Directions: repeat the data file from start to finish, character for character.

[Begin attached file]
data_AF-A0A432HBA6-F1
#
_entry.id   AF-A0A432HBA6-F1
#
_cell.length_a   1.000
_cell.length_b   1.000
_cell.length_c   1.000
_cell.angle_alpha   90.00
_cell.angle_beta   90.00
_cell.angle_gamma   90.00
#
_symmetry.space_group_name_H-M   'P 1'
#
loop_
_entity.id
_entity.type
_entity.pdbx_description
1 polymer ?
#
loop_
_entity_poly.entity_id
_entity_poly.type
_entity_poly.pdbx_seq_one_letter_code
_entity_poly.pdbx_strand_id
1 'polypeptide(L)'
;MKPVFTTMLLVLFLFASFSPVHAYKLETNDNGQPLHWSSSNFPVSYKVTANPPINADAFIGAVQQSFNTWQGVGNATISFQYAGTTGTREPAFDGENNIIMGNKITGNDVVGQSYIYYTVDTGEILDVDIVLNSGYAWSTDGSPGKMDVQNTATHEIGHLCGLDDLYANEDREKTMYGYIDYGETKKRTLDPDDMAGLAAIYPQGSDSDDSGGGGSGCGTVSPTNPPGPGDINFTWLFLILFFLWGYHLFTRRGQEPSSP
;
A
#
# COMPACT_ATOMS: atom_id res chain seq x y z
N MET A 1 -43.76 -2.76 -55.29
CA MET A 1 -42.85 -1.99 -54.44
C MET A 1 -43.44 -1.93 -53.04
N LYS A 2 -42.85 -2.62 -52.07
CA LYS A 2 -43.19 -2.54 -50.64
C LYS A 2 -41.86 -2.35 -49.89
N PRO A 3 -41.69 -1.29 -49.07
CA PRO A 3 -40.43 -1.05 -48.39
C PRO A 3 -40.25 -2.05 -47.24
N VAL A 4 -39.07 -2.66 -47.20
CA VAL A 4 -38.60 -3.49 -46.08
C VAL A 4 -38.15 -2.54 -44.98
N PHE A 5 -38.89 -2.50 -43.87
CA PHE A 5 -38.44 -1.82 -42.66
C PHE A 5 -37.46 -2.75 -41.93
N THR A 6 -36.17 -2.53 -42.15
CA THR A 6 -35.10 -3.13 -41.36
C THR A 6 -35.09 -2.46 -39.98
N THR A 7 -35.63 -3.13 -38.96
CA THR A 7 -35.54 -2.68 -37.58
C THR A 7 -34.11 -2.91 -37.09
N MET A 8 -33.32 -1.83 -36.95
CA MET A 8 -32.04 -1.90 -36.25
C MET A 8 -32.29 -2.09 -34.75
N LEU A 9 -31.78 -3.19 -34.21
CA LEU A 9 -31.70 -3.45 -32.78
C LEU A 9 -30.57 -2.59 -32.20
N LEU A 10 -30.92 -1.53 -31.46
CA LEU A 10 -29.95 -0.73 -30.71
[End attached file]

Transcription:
data_AF-A0A432HBA6-F1
#
_entry.id   AF-A0A432HBA6-F1
#
_cell.length_a   1.000
_cell.length_b   1.000
_cell.length_c   1.000
_cell.angle_alpha   90.00
_cell.angle_beta   90.00
_cell.angle_gamma   90.00
#
_symmetry.space_group_name_H-M   'P 1'
#
loop_
_entity.id
_entity.type
_entity.pdbx_description
1 polymer ?
#
loop_
_entity_poly.entity_id
_entity_poly.type
_entity_poly.pdbx_seq_one_letter_code
_entity_poly.pdbx_strand_id
1 'polypeptide(L)'
;MKPVFTTMLLVLFLFASFSPVHAYKLETNDNGQPLHWSSSNFPVSYKVTANPPINADAFIGAVQQSFNTWQGVGNATISFQYAGTTGTREPAFDGENNIIMGNKITGNDVVGQSYIYYTVDTGEILDVDIVLNSGYAWSTDGSPGKMDVQNTATHEIGHLCGLDDLYANEDREKTMYGYIDYGETKKRTLDPDDMAGLAAIYPQGSDSDDSGGGGSGCGTVSPTNPPGPGDINFTWLFLILFFLWGYHLFTRRGQEPSSP
;
A
#
# COMPACT_ATOMS: atom_id res chain seq x y z
N MET A 1 -43.76 -2.76 -55.29
CA MET A 1 -42.85 -1.99 -54.44
C MET A 1 -43.44 -1.93 -53.04
N LYS A 2 -42.85 -2.62 -52.07
CA LYS A 2 -43.19 -2.54 -50.64
C LYS A 2 -41.86 -2.35 -49.89
N PRO A 3 -41.69 -1.29 -49.07
CA PRO A 3 -40.43 -1.05 -48.39
C PRO A 3 -40.25 -2.05 -47.24
N VAL A 4 -39.07 -2.66 -47.20
CA VAL A 4 -38.60 -3.49 -46.08
C VAL A 4 -38.15 -2.54 -44.98
N PHE A 5 -38.89 -2.50 -43.87
CA PHE A 5 -38.44 -1.82 -42.66
C PHE A 5 -37.46 -2.75 -41.93
N THR A 6 -36.17 -2.53 -42.15
CA THR A 6 -35.10 -3.13 -41.36
C THR A 6 -35.09 -2.46 -39.98
N THR A 7 -35.63 -3.13 -38.96
CA THR A 7 -35.54 -2.68 -37.58
C THR A 7 -34.11 -2.91 -37.09
N MET A 8 -33.32 -1.83 -36.95
CA MET A 8 -32.04 -1.90 -36.25
C MET A 8 -32.29 -2.09 -34.75
N LEU A 9 -31.78 -3.19 -34.21
CA LEU A 9 -31.70 -3.45 -32.78
C LEU A 9 -30.57 -2.59 -32.20
N LEU A 10 -30.92 -1.53 -31.46
CA LEU A 10 -29.95 -0.73 -30.71